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Archive for the ‘Academia and Research’ Category

Today, the schools in Glasgow broke up for the Christmas holidays. The screams you can hear resounding through the city tonight are a combination of teachers, librarians, technicians, and so on screaming in joy, and parents screaming in horror. It’s been a very busy term, even without the extra problems created by broken bones, and a mostly enjoyable one. I’m very happy to be having two weeks off. The next few days will be dedicated to Christmas preparations – cake decorating, present wrapping (actually, present buying, given I didn’t get everything this evening on the way home, then present wrapping), sending the Christmas cards which will inevitably arrive late (just to let you know, so that you can sit on tenterhooks wondering if you will or will not get one), and a million more tasks which await, but mostly, just trying to keep my ankle rested and not in pain.  But first, an early night tonight, and a lie-in tomorrow morning. I intend to marinade myself in a thick, warm duvet, and heaps of pillows, with books, and chocolate.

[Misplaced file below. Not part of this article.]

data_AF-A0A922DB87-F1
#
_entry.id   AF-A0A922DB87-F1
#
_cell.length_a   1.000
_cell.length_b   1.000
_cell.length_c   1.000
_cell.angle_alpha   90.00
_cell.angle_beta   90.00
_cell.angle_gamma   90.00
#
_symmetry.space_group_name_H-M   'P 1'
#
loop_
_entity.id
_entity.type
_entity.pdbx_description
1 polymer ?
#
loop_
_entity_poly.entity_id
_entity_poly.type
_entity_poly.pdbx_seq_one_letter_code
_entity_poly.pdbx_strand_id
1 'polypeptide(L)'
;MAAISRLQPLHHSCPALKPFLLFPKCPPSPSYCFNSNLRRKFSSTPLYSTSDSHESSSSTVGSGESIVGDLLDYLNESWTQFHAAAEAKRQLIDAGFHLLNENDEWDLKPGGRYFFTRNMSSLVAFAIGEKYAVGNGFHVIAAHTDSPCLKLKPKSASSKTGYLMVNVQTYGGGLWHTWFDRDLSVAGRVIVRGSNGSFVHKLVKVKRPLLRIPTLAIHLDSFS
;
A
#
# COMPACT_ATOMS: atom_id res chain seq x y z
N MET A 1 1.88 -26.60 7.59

Or, as John Keats puts it:

O soft embalmer of the still midnight,
      Shutting, with careful fingers and benign,
Our gloom-pleas’d eyes, embower’d from the light,
      Enshaded in forgetfulness divine:
O soothest Sleep! if so it please thee, close
      In midst of this thine hymn my willing eyes,